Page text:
My siblings and I had a box of costumes, often castoffs from Halloweens past, which we would raid on soggy afternoons when playing outside wasn’t an option. Armed with accents picked up from evenings listening to my father read to us, we constructed a world far beyond that of the lilac-splashed living room, though its furniture would often play an important role in the settings we chose. On any given afternoon I would be a fairy, a Renaissance woman, maybe even a 1950s girl. Sometimes I was a high-powered CEO who signed memos in perfect cursive and had a desk the size of the dining room table; once in awhile I would be trapped behind the spokes of the banister that ran the length of the stairs to the second floor.
By the end of the afternoon, clothes and props (often stuffed animals) would be strewn across the house. The cleaning up was always the hardest; suddenly the teddy bear that had been so very villainous only moments ago would passively shift back to its previous identity. The lace curtain that had appeared so becoming as a veil worn at the ball lost its luster.
I haven’t lost my active imagination. I still find myself wrapped up in playing pretend.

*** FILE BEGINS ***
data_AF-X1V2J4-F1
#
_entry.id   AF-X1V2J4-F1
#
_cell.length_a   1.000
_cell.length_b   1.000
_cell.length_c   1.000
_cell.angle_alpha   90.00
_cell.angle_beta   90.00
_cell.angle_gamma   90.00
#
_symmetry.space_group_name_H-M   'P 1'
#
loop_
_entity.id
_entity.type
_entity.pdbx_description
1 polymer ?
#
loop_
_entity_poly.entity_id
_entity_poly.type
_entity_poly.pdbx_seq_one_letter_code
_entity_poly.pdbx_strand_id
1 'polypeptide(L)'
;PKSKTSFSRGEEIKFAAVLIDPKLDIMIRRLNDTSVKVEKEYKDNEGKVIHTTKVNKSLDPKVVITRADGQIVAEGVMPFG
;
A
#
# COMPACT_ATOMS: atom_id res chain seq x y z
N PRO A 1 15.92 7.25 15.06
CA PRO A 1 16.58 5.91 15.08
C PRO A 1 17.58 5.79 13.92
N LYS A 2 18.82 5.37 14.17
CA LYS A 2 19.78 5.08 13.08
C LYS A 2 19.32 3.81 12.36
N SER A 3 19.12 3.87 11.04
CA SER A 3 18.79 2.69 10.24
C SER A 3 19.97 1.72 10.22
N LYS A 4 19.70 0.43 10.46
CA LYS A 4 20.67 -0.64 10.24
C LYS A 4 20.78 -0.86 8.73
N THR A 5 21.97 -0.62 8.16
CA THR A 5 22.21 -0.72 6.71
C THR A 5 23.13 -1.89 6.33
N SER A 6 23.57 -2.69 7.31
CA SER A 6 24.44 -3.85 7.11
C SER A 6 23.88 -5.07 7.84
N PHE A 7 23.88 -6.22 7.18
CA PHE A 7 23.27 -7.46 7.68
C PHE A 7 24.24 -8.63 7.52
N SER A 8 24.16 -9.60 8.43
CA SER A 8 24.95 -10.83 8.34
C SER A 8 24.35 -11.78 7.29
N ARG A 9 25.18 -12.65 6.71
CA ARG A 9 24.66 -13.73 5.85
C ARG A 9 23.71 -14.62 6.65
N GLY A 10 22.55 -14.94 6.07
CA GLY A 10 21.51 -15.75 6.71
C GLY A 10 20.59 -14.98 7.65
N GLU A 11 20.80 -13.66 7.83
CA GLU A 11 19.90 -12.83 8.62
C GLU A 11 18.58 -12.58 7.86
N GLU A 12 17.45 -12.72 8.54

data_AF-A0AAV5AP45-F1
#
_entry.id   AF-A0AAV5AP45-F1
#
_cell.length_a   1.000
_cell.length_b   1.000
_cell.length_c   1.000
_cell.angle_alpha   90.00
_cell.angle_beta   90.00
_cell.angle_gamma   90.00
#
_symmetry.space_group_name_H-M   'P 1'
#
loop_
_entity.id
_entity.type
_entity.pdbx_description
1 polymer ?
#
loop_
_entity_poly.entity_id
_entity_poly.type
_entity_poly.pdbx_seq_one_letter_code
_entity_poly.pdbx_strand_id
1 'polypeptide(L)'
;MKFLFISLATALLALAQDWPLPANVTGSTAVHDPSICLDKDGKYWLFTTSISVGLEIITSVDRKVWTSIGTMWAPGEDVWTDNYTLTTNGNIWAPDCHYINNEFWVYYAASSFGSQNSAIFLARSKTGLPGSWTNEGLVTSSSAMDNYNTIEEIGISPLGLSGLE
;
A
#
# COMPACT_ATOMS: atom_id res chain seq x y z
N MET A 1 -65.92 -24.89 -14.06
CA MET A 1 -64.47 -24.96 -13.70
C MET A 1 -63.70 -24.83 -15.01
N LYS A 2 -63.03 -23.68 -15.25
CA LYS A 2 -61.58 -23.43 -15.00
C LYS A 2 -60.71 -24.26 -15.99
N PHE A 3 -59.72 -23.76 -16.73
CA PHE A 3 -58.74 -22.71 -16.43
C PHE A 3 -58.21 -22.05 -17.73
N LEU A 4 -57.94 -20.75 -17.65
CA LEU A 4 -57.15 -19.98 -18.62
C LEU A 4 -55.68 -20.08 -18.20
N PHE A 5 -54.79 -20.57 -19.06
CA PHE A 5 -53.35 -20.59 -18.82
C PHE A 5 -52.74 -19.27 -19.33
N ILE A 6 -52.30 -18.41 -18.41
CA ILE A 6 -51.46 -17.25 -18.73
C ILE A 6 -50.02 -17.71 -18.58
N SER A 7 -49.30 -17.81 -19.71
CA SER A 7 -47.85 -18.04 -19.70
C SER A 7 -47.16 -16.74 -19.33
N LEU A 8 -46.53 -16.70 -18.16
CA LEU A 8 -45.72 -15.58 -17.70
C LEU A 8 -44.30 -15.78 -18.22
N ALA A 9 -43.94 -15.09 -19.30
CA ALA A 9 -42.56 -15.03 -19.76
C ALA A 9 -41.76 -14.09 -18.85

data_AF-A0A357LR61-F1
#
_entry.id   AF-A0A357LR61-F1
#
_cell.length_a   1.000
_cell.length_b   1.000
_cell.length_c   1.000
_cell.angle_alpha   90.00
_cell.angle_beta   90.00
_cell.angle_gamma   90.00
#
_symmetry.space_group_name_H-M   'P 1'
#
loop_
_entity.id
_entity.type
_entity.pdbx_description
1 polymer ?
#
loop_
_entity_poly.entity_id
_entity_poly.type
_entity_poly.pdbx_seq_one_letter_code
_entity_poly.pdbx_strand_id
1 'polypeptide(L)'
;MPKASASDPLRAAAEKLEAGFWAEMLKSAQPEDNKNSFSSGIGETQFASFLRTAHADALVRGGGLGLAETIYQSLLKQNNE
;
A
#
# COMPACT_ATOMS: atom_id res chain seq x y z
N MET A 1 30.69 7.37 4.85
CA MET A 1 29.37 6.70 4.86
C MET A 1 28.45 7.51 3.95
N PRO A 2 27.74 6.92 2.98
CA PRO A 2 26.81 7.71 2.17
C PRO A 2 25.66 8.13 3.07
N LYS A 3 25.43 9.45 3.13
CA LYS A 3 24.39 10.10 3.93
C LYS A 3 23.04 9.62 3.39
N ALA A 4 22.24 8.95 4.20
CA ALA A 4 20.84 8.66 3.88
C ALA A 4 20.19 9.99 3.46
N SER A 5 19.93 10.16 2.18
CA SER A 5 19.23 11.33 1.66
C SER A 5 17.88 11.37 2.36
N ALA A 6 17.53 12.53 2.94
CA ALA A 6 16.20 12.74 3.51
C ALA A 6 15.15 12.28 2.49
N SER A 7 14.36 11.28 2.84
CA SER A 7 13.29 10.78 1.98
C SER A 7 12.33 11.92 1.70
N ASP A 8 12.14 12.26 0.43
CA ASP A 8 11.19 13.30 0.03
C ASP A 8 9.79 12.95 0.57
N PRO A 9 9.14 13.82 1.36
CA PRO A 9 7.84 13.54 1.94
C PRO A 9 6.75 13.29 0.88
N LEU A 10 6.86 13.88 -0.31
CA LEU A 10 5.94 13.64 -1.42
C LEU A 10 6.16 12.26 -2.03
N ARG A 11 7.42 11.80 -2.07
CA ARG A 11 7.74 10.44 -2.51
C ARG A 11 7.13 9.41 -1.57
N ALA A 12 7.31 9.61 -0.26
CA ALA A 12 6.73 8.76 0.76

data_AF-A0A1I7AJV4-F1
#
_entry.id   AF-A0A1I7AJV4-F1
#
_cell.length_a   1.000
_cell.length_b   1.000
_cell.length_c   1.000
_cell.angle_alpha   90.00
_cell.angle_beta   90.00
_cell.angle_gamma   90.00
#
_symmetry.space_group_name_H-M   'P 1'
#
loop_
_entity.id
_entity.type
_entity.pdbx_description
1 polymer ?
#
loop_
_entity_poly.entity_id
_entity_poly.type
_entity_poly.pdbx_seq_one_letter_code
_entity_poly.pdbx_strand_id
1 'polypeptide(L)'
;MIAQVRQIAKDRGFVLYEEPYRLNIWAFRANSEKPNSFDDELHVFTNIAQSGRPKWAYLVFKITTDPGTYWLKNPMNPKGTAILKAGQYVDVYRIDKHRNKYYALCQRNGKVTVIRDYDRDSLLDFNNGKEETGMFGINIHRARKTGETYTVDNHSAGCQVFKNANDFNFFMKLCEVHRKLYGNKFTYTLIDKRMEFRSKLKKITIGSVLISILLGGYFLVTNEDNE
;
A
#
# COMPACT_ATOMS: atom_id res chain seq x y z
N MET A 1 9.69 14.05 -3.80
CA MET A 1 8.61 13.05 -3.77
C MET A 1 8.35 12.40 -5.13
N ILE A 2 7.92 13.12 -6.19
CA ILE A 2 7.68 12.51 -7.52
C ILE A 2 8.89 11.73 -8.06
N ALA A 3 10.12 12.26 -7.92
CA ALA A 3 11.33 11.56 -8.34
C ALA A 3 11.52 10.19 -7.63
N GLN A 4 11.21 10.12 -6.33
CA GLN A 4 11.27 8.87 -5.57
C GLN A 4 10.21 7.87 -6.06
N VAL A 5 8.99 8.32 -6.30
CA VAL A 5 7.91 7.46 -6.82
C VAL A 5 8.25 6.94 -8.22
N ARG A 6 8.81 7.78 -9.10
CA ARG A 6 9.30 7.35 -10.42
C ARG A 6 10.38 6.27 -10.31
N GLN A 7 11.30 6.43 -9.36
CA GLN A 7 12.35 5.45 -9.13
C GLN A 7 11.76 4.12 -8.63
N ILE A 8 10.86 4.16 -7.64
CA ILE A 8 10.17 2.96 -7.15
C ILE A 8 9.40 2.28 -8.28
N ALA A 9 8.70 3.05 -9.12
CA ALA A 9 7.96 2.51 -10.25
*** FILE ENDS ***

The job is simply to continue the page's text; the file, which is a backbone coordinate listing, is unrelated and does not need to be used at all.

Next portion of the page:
But I am better at hiding it these days.
Yesterday I spent most of my time with the one person whose future with me exists in a realm of fantasy that I have done little to squash. It was a little like playing house, our game of readying a holiday party in a room untouched since the 1940s. He poured drinks and arranged the furniture while the radio crackled with Christmas music. I set up and then helped serve the food, my heels clacking methodically on the tiled floor of the pantry.
Sometimes we found ourselves in the kitchen alone. There is a dance to occupying a confined kitchen space with someone. We have memorized the steps; we can anticipate each other’s moves.
But that’s the thing about playing pretend. When all the toys are put away and you exit the space, it vanishes. Only the memory lives on, buoyed by a very distant hope that perhaps one day the fantasy will solidify itself into some sort of shimmering reality.
Or perhaps it will simply fade.
I cannot tell which would be more painful – to continue clawing at solid ground from my perch on that hopeful cliff where I am currently suspended, or simply to let go.
Because if I were to be quite honest with myself, the real game of pretend is one I play every time we find ourselves in the same room. The game where my role is someone far less emotionally involved.
And that one – that one requires the most imagination of all.